Apple tart inspiration has run amok. Just see Smitten Kitchen or Dash and Bella for evidence. And while the boys haven’t tired of a crispy shaved apple eaten out of hand, I am old enough to know the merits of spiced apples, apple pies, apple sauce, apple cake and, yes, apple tart.
So, after settling the boys down to their nap, I retrieve half a dozen apples from the fridge. I find mis-en-place a peaceful ritual. The apples must be peeled, then cut into thin slices. I could use a mandolin, but I prefer the rhythm of a knife. It gives my hands something to do so that I can think. A few months ago, Mingus was hacking a banana with his faux chef’s knife, serial killer-style. Resisting my urge to admonish him, I whispered, “Let the knife do the work.” He has taken ownership of the phrase and repeats it when I’m using the wrong knife. An irregular thunk… thunk….. thunk is the tell. So, with his voice in my head, I put away my steak knife and get out a proper tool.
When Beluga wakes, I ask, “Do you want to make a tart with me?”
“It has apples and butter and sugar. Does that sound good?”
“Yup!” he exclaims and runs to the kitchen.
He spreads out a layer of flour on the pan. We lay out the defrosted pastry dough and when I ask, “Do you want to spread the apples?”, he responds, “Eat them!” Should I really interfere with his passion for unadorned fruit?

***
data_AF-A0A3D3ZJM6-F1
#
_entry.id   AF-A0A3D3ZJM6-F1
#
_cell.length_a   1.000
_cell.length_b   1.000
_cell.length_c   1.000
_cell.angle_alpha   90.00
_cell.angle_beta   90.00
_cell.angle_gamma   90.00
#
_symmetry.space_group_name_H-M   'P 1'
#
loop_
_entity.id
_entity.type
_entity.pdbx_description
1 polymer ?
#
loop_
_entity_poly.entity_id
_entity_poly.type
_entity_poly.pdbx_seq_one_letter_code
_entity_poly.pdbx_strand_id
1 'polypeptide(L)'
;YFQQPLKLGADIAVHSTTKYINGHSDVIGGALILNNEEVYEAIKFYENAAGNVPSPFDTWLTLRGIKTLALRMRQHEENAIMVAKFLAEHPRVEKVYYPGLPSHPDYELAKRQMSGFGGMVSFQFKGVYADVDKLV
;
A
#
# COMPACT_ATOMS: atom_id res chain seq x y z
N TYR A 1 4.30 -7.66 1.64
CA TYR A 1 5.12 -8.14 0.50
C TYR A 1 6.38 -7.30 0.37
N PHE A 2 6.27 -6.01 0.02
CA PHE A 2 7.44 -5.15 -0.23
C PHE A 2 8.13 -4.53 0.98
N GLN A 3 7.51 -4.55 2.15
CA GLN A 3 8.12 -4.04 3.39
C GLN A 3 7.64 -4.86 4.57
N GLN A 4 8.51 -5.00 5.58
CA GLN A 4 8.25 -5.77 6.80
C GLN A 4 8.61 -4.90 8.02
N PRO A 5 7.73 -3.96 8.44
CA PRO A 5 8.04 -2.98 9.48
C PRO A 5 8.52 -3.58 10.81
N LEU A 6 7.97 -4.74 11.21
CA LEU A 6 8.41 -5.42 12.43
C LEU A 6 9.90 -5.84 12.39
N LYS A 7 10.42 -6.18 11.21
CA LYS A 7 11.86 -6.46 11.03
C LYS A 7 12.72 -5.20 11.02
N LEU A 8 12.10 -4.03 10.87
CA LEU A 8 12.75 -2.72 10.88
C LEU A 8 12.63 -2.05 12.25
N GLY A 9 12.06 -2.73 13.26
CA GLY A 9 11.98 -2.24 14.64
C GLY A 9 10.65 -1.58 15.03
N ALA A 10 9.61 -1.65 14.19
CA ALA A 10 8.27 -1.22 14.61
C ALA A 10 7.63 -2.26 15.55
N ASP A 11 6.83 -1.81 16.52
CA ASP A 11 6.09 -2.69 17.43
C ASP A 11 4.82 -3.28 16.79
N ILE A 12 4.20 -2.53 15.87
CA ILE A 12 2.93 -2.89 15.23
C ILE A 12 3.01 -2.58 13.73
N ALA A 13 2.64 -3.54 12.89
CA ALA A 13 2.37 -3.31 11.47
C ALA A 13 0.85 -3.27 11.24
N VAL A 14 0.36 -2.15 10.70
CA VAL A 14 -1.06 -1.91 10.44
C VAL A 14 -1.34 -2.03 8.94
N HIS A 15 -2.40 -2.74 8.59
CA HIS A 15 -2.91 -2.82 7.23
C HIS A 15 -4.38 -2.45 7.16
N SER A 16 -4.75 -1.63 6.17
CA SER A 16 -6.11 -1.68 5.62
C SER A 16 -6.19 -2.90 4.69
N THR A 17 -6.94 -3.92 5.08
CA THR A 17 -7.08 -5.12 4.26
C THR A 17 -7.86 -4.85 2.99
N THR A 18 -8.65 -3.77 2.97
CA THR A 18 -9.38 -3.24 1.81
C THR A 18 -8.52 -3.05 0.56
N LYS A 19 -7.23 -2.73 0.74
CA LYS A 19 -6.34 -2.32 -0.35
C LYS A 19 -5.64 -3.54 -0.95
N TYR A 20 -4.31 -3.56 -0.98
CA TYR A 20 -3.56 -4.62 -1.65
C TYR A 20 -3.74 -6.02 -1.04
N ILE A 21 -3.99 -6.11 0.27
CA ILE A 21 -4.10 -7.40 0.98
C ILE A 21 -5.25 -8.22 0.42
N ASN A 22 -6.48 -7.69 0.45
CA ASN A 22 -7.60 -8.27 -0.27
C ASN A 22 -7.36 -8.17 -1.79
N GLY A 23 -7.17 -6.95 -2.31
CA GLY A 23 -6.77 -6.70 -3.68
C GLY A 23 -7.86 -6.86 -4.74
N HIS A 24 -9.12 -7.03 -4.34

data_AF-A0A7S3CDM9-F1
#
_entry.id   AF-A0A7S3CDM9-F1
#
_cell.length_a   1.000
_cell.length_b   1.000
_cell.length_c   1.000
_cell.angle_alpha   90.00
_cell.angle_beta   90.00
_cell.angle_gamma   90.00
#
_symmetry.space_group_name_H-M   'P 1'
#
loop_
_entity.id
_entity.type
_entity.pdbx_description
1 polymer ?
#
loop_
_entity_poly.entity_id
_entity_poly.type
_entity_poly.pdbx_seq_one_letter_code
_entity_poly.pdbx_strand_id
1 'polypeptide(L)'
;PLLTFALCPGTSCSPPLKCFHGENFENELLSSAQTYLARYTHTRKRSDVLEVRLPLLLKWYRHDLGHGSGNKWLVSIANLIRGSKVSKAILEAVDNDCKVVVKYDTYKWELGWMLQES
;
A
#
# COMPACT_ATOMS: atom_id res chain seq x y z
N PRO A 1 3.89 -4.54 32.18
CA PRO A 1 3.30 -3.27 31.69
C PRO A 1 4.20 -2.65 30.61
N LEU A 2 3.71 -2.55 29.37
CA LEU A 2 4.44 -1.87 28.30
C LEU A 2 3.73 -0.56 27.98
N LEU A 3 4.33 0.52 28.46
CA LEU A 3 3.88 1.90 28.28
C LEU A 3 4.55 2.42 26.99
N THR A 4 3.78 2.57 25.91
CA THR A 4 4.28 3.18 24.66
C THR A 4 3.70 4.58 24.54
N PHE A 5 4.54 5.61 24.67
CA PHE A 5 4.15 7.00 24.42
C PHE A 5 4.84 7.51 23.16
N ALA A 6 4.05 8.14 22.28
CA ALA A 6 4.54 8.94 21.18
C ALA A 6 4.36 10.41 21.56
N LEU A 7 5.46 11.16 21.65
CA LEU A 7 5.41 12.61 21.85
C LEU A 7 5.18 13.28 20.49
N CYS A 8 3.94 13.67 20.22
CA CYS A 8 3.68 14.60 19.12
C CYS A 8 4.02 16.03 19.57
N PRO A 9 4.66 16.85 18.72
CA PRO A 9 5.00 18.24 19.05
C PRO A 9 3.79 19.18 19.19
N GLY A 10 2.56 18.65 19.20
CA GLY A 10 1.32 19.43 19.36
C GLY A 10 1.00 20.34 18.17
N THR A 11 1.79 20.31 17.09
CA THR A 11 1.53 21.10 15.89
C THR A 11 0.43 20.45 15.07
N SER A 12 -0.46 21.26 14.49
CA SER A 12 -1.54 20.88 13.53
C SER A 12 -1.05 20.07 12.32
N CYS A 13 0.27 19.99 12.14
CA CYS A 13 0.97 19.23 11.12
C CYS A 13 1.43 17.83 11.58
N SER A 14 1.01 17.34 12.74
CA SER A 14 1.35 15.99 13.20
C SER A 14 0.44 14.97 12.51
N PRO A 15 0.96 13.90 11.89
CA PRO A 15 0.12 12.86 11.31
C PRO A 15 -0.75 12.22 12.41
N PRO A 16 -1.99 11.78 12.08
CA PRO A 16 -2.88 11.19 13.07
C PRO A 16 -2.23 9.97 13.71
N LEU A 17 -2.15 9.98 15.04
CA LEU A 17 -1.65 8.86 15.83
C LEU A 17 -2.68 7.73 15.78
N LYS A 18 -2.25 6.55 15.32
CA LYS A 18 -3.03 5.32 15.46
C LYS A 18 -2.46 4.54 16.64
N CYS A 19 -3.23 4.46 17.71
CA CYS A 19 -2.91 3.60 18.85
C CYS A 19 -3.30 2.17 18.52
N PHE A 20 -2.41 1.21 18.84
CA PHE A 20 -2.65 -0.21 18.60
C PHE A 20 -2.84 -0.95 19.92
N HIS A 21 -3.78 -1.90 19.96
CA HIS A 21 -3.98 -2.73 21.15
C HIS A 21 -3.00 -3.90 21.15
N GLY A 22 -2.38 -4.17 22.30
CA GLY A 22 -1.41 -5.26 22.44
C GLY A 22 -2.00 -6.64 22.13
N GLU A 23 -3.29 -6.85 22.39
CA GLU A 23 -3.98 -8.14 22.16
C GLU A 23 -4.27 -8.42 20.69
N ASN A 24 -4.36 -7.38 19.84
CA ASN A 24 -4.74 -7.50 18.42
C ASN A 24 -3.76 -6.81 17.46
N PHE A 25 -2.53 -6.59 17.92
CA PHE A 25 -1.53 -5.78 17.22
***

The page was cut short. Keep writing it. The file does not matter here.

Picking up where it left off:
Like a ballplayer, I’m on offense, spreading the apples slices; Beluga defends the ingredients he loves from the evils of “cooking”, scooping them up and putting them back in their bowl. Beluga, however, has a handicap – he’s hungry. While he munches a delicious lemon-doused apple slice, I cover the last corner of pastry.
Between tastes, Beluga sprinkles sugar over the tart and then does “stompy feet” behind the oven line, when I put the tray in the oven.
“It’s going to be delicious!” I promise him.
As I melt some sugar in a saucepan to make a caramel sauce, Beluga’s patience runs out.
“Sit down with me,” he says.
He’s not yet two and managed to say four words together. There just won’t be caramel. Oh well.
I’m no tart master, so if you want a recipe look elsewhere. That said, there’s really there’s no messing it up. A 400 degree oven, 40 minutes. Pastry dough, thin apple slices, sugar. That’s all you need to know. And when you’re running late the next morning for school and see half a tart sitting on the counter, tuck a few slices in a paper bag. The taxi driver may or may not notice the crumbs. He probably won’t say anything.